Won't get fooled again

A few really disturbing stories caught my eye yesterday.  Maybe each of them separately don’t matter, but the three of them together paint a very, very troubling picture.  It tells me that Don Garber has lost control of the league, and it’s time for a serious housecleaning. Kei Kamara isn’t the first former MLS player to try his luck abroad and fail, but for Kamara and Norwich to give up on such a ballyhooed loan after barely more than a month?  It’s almost completely unbelievable.

Having this come a week after MLS took credit for tying the Mexican national team in Azteca – that has to be a blow.  If we’re going to talk about all the bright young stars who became successful, then we also need to own our failures.  Especially since, according to Kamara’s tweet, Kansas City is welcoming back with open arms.

Well, Peter Vermes and Sporting need to really consider whether this is a good idea.  Having a player come back under a cloud can really affect a team’s chemistry.  And Kansas City is one of those young, talented teams that think they can go way beyond Open Cup wins.  Now is not to time to rock the boat, even with a nominally familiar face.  Maybe Kamara couldn’t handle the pressure of the EPL, and Kansas City is more his speed – but then, what does that say about MLS?  Why does it produce players capable of manning up in Mexico City, but not in Norwich?  Is MLS doing as good a job grooming players as they’re claiming?

Kamara’s an isolated incident, you say.  Look at David Beckham, after all.  It took years, but Bruce Arena turned a spoiled, selfish celebrity into a useful and dedicated teammate.  When he came to Los Angeles, it was “me, me, me.”  Then, it was “we, we, we.”  And now in Paris, it’s “oui, oui, oui!”

Okay, enough humor.  Forget about Kamara.  What about Herculez Gomez?  One minute he was preparing for a Champions League game at Santos, then completely out of nowhere he returns to MLS.   What happened here, exactly?

This isn’t about Chivas USA signing a Latino player.  This is about the allocation process.  Herculez Gomez is a national team star, and there are rules for such players.  I’ve checked every inch of MLSnet.com, and I haven’t seen anything about Chivas USA trading cash, or players, or draft picks, or anything, to move up in the order.  In fact, it seems like the league is just trying to bury the story in the hopes that we won’t notice.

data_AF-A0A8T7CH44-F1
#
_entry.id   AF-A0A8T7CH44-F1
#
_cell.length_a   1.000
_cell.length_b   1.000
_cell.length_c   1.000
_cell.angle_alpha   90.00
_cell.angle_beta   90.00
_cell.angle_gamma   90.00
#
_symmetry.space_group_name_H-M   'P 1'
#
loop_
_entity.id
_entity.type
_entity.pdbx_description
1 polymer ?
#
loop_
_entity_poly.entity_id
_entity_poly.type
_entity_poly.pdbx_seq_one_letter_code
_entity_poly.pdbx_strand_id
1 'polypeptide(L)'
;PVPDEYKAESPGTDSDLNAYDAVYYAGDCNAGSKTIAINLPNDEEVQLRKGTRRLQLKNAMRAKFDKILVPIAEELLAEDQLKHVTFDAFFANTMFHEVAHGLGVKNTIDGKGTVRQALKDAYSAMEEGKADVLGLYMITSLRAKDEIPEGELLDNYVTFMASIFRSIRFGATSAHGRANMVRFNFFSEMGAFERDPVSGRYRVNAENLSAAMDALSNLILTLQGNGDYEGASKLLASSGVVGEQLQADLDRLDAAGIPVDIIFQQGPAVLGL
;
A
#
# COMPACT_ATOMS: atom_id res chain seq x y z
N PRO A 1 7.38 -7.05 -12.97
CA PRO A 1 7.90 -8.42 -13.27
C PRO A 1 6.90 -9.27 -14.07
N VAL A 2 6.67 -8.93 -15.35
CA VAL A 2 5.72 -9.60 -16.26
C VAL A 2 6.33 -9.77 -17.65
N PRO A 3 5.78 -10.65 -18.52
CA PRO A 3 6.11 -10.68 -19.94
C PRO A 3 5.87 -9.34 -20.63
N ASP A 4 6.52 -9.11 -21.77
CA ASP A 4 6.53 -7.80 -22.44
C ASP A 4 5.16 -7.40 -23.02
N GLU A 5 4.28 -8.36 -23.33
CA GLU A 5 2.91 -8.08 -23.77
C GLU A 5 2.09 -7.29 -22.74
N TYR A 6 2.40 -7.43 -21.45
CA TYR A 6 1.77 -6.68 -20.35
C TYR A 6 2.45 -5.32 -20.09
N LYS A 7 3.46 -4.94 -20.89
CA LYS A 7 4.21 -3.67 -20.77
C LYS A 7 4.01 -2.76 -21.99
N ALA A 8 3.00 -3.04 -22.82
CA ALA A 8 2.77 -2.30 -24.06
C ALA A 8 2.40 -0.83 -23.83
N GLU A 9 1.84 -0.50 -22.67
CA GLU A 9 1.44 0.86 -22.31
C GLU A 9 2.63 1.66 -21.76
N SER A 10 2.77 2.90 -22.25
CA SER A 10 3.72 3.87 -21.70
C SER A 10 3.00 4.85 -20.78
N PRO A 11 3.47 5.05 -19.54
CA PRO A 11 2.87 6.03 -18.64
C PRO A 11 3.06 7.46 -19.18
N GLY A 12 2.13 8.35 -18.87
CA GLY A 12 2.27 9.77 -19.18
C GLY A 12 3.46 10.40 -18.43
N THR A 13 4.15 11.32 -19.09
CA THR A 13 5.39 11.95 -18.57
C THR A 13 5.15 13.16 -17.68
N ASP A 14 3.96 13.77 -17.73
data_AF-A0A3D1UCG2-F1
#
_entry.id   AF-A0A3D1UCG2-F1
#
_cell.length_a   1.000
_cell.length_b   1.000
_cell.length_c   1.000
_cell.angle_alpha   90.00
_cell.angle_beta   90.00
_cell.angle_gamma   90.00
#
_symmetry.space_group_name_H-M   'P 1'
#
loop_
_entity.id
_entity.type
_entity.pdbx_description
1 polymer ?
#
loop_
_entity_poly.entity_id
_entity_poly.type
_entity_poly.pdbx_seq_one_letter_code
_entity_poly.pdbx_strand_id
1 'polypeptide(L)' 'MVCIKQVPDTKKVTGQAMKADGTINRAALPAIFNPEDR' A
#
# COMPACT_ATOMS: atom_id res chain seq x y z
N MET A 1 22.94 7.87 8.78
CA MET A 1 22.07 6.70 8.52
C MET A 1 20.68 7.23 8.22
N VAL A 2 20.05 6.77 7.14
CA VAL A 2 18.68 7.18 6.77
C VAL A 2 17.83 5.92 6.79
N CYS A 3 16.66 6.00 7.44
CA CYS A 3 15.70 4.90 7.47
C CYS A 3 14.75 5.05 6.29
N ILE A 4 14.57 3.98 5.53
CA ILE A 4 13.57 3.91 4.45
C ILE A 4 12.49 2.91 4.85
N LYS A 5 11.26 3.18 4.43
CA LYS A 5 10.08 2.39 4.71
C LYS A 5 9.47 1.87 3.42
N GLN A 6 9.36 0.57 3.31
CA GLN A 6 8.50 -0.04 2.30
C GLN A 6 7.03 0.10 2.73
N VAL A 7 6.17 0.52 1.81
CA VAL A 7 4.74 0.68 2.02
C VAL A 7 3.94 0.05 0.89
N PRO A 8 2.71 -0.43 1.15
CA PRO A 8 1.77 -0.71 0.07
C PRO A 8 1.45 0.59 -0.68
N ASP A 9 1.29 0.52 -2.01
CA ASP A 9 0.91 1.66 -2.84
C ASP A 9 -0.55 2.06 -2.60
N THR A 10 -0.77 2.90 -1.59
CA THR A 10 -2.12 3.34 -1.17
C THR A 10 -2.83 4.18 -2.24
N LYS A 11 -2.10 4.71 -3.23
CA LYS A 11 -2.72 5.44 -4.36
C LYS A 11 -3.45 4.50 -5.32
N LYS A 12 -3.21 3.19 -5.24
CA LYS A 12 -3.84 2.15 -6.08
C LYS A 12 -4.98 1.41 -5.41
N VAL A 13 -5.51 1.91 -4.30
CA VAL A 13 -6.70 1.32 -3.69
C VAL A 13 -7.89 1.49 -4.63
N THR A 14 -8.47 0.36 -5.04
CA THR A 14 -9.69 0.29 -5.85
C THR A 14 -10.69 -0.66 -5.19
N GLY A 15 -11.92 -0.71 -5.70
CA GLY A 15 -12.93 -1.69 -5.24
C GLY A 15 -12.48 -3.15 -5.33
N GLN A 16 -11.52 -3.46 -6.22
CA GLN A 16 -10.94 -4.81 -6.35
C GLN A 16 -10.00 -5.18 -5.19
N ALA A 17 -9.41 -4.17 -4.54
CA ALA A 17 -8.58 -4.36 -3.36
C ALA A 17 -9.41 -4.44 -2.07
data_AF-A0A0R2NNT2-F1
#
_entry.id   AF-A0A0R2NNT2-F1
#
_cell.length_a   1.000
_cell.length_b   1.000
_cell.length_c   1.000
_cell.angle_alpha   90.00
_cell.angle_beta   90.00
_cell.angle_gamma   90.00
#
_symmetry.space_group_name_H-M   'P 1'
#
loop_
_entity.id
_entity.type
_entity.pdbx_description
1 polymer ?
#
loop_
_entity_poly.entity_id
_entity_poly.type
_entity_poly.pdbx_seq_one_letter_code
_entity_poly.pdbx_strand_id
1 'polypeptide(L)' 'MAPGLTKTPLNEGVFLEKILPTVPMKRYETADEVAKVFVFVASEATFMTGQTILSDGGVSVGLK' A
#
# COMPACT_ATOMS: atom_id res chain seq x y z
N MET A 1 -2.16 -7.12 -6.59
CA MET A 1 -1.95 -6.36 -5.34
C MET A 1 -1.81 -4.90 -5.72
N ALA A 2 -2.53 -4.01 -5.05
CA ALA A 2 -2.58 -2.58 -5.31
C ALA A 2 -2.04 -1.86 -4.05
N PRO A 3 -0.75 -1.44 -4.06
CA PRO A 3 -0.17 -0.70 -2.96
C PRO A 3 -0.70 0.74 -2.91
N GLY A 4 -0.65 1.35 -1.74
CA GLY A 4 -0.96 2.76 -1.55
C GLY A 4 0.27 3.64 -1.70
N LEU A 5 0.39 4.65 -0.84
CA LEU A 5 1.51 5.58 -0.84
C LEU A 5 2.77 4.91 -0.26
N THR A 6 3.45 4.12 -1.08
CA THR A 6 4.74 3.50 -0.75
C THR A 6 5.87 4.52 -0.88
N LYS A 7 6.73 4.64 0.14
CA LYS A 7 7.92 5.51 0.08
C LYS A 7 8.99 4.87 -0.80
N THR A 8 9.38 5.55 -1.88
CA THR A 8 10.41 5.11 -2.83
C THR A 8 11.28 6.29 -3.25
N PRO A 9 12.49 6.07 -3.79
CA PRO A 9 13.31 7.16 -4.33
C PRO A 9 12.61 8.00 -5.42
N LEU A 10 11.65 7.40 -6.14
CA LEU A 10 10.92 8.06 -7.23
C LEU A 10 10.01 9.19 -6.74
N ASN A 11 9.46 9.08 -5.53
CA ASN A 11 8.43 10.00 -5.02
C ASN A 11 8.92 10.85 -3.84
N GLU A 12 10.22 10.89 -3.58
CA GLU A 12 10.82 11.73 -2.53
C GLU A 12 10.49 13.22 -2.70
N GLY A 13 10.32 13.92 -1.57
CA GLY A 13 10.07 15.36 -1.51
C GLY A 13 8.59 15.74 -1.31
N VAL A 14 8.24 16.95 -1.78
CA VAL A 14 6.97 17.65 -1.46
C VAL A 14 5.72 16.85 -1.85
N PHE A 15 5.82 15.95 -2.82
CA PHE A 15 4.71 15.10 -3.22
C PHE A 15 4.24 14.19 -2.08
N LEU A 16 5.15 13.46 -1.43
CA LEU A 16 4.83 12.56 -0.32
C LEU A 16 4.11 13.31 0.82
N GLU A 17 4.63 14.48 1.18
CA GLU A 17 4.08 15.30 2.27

“Oh, hey, we’re just going to send this game-changing, popular player here arbitrarily, never mind, Portland, Philadelphia, etc. etc.  We’ll make it up to you.”  That’s what the league told Dallas when they were deprived of Freddy Adu.  And the league is still up to its same old tricks.

And from what I can tell, Chivas USA fans aren’t even happy about Herculez joining their team!  Take a look at the comments on those tweets – CUSA fans are furious!  And rightly so – Gomez is a former Galaxy player and current US national team player!  That irritates both long-time Chivas USA fans, and potential Guadalajara fans.  Don Garber should have known this, and never permitted this signing.

But the worst news was the announcement of the new MLS franchise.

The author of this article shares a lot of my snarky reaction – yes, I’m sure it was literally minutes of negotiation.  The ramshackle nature of this announcement reeks of unprofessionalism – for example, exactly where in Kentucky?  One assumes Louisville, but there’s no divining that from the story, or (naturally) anywhere on MLSnet.com.

It’s not because Louisville is necessarily a doomed market.  The university doesn’t dominate the sports landscape quite as brutally as OhioState does Columbus, and there aren’t even as many major league professional teams in competition as there are in Portland or Salt Lake City.  Kentucky FC will be the state’s only major league team in any sport.  You could say the same about Vermont FC or North Dakota FC or Alaska FC, but there’s still at least some potential.  It’s possible the South will embrace Kentucky as “their” team, but it’s not likely – at least Houston and Dallas were actually in the Confederacy.

But what did happen with Orlando and Miami?  Why did MLS spend months talking about a second team in New York, and then immediately turn around and pick another city?

Especially a city that’s had no buildup, from what I can tell.  Even the timing is mysterious – why make this announcement in early April?  Why not the All-Star Game, or MLS Cup?

What’s even worse is the marketing.  “Kentucky FC.”  Think about it.

That’s right – it’s obviously going to be confused with the University of Kentucky!  Which is the kiss of death for a team playing in Louisville.  (They certainly can’t call themselves “Kentucky” while playing in Lexington.)  The marketing miscalculation here is just monumental.  MLS has been on a winning streak of new, successful expansion teams, so it's awful to see Don Garber lose the plot like this.

Put together, yesterday was a troubling, troubling day for the league.  We as fans demand answers.  I’ve sent several emails to Mr. Garber asking for comment, and gotten nothing.  So I’ve written the league’s owners, Sunil Gulati, and Sepp Blatter.  Don Garber can run, but he can’t hide.